This list of ten tips for screenwriters from FilmScriptWriting.com is a useful resource for avoiding writer’s block and inspiring creativity. The list is hardly perfect — I wouldn’t take these tips as gospel — but it’s a good starting point for getting those typing-fingers working:
1. Read more scripts.
That’s what the sample script section of the site is for. We’ve also got a link to a site that is chock full of scripts in the use resources section.
There are many advantages to reading scripts. First is it allows you to become very knowledgeable when it comes to formatting. When you read an original draft of a screenplay that you’ve already seen then you get to see what was changed from the initial script. You will also get a better idea how to layout and transition between scenes.
Read a couple of scripts over the weekend and write down everything you’ve learned. Keep it blue tacked to the wall behind your monitor to remind you until it is ingrained in your brain.
2. Create a writing routine.
Until you’ve established a good routine it can be absolute torture to sit down and write. Do whatever it is you need to do to get yourself in the mood to write your script. Go for a jog, make yourself a cup of coffee, listen to a hypnosis session, etc.
Once you’ve got your head in the game then you need to work out what is the optimum time for your writing sessions as well as the length. Some people can write 12 hours straight, others like to break sessions into 30 minute chunks. Experiment and find what works best for you.
3. Make something happen.
Always keep your screenplay ticking along. If you’re writing a scene, or reading one back, and notice that you’ve got two ‘talking heads’ (characters stood around doing nothing) then get them into action. Even if they’re just walking to the next scene, get the story moving along!
4. Keep dialogue punchy.
This means no monologues, or lengthy exchanges. Dialogue should be short and snappy, try to keep any dialogue between one and two lines. A screenplay is action orientated, not dialogue driven.
5. Play to your strengths.
When you start the initial planning stage for writing your screenplay then you should play to your strengths, especially if this is your first script. If you’re a naturally funny person that it’d probably be a good idea to write a comedy. If you eat up costume dramas then write one of those.
6. Use your best idea now.
In talking to some prospective scriptwriters I’ve come across a common negative. They struggle for ideas…yet they have one which sounds great. When I ask them why they don’t just write that they say that they don’t want to write that idea until they’re a better scriptwriter!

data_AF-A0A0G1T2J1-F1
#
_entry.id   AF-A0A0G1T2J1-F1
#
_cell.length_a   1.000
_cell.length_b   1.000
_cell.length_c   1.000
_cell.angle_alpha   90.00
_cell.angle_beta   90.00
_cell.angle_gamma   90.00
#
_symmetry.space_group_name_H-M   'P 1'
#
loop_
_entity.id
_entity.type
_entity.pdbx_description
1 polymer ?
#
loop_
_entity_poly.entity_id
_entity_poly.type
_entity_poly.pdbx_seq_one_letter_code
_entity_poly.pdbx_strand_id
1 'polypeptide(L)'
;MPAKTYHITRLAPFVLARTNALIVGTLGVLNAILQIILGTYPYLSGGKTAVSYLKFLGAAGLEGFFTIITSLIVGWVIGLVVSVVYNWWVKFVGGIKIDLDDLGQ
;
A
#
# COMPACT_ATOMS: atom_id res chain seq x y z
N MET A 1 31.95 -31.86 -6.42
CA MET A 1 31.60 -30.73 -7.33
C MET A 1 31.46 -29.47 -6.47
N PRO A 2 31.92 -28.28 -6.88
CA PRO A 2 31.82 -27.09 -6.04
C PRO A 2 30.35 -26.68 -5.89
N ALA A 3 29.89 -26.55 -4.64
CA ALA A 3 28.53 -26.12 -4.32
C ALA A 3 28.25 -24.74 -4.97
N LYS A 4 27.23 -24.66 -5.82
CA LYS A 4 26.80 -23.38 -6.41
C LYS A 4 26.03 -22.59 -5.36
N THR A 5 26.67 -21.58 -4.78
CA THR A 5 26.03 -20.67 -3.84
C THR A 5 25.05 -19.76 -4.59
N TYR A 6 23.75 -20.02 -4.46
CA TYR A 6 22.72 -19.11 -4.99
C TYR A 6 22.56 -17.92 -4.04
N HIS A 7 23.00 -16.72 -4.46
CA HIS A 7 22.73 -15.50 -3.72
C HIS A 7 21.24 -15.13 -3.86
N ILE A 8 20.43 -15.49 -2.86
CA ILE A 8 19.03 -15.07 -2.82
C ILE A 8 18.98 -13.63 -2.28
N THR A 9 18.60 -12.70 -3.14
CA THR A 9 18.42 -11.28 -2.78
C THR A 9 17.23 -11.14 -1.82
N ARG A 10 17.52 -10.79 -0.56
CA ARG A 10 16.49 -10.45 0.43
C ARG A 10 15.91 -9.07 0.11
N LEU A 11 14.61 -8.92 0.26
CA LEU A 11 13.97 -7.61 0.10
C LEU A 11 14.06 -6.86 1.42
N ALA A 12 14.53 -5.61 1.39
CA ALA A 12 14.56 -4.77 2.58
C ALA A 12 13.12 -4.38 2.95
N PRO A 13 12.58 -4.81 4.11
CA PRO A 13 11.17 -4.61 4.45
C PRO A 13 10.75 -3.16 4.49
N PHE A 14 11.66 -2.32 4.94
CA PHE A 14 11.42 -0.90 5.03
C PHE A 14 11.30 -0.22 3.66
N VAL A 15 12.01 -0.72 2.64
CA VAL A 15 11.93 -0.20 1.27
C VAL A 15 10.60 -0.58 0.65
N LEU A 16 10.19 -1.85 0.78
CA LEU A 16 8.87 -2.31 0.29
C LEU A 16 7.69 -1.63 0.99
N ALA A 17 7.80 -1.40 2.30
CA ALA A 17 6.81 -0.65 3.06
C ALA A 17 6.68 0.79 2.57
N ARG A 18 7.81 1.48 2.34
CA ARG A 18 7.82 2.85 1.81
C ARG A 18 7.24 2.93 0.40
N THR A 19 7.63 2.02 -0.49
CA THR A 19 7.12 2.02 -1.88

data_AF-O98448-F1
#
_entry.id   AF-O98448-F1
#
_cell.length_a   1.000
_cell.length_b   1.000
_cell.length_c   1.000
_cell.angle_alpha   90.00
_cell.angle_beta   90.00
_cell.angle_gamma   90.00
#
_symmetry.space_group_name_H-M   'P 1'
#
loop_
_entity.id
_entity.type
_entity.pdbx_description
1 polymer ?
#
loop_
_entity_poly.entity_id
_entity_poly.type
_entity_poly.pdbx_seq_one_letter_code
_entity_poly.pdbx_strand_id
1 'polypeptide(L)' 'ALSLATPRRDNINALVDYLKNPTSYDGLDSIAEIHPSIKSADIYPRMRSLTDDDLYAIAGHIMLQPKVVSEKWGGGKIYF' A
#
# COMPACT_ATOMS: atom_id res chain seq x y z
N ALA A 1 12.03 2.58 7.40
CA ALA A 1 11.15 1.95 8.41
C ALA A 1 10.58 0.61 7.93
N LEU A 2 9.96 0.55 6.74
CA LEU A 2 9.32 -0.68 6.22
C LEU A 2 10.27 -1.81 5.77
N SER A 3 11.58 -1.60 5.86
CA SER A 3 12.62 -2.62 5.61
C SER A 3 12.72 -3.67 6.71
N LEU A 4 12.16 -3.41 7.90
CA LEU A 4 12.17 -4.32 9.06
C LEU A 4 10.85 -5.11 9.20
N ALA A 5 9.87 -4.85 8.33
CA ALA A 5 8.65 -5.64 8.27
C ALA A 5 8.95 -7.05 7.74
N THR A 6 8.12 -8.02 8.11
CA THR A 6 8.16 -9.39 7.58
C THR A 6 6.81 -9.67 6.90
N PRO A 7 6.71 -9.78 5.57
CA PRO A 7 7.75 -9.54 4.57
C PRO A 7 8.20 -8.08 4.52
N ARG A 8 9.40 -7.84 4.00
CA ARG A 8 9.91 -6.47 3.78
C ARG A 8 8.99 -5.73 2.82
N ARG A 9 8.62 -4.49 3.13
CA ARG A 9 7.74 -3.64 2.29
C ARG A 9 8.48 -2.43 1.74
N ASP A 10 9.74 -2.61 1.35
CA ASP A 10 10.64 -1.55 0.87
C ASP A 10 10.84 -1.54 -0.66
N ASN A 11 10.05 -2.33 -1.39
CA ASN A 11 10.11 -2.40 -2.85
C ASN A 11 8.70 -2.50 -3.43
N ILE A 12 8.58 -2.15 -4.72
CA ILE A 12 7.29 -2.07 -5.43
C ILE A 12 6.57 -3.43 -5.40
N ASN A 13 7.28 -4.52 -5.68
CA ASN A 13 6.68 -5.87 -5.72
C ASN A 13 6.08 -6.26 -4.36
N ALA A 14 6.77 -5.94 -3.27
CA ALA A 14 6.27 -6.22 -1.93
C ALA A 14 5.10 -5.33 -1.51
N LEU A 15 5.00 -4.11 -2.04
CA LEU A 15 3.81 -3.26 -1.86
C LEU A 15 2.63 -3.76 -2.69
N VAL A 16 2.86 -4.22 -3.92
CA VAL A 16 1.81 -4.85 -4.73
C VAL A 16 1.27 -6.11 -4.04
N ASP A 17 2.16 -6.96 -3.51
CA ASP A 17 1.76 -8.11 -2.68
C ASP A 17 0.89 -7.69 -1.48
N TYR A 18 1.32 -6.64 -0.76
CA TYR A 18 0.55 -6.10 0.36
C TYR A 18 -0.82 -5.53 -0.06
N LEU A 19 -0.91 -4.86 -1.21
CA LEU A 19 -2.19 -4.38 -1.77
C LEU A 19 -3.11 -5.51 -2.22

It’s a lot easier to write a selling script first time using your best idea than it is your second best idea. Remember that most scripts are bought purely for their concept rather than their content.
7. Redundant words and -ings.
There’s certain words in your narrative that you should avoid or delete if they’re already there. ‘And’, ‘then’, ‘we see’, can go as well as ‘look’ or ‘listen’ at the start of dialogue.
Also, when you’re writing the narrative, you shouldn’t be using -ing words:
Matt is walking…
8. Jab before the knockout punch.
Ten earth shaking explosions aren’t as effective as one. A boxer who throws only huge haymakers is predictable and will quickly tire himself out. The same will happen to your screenplay. Jab the story along with smaller events leading to “the big one”.
9. Learn how to write hypnotically.
I’m going to go into this one in a lot of depth in a future article. When you write your query letter or any sort of general introduction you should do so in a hypnotic manner, make the reader need to buy whatever you’re trying to sell.
Don’t be general. Refer to the reader directly, either by name or “you”. Keep paragraphs small. Ask the reader questions. Offer them something.
10. Give your script to as many people as possible.
This applies to two periods when you’ve finished your script. After you’ve finished your first draft give it to as many trust friends and family members as you can. The more opinions you can get the better, it gives you more ideas on how to improve your script.
When you’re actually trying to sell your script there’s no rule saying you can’t send it to absolutely everyone in Hollywood. The only thing you should hold back on is sending your script to multiple agents in the same company. You may also like to send your screenplay to six or so people at the time, making it easier for you to keep track of who should be reading your script at that time.
Keep on scriptwriting!